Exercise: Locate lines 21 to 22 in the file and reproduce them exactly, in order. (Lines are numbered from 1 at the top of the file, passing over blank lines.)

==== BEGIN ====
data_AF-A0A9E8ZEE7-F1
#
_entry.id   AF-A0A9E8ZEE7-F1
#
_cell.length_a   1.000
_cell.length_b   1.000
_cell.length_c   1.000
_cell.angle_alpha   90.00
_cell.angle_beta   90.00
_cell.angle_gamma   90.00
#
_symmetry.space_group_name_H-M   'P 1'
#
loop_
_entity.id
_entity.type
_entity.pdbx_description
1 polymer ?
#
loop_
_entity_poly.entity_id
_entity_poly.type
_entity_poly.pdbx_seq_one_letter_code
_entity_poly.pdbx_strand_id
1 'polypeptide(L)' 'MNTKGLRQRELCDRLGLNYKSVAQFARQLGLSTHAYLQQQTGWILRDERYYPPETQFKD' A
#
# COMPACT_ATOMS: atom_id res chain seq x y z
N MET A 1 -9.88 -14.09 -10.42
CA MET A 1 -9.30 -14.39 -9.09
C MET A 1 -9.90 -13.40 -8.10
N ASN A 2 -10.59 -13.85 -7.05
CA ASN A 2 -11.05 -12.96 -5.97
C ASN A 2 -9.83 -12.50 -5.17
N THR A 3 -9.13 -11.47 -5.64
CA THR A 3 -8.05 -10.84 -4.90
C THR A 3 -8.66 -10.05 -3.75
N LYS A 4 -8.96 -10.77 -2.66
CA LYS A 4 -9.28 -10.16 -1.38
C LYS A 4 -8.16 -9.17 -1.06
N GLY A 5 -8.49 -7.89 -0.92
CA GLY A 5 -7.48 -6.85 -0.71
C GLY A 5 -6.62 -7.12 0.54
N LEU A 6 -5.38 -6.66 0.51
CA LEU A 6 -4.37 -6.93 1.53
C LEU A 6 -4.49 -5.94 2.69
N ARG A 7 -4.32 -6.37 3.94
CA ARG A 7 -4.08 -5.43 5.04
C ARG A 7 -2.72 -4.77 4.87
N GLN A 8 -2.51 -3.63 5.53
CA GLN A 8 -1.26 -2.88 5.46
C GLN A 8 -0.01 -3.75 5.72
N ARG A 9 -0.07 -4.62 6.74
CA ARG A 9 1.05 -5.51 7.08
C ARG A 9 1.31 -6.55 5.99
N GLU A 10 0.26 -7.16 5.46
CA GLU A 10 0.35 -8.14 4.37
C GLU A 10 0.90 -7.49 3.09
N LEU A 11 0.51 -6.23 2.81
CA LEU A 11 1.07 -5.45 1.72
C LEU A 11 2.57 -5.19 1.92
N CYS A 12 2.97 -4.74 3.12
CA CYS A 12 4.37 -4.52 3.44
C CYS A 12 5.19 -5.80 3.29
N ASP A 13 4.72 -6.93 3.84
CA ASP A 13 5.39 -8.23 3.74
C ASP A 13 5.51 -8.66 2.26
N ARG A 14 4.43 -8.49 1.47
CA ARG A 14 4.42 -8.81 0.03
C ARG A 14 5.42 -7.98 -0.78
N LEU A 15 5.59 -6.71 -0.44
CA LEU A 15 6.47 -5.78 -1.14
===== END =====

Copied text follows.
_entity_poly.entity_id
_entity_poly.type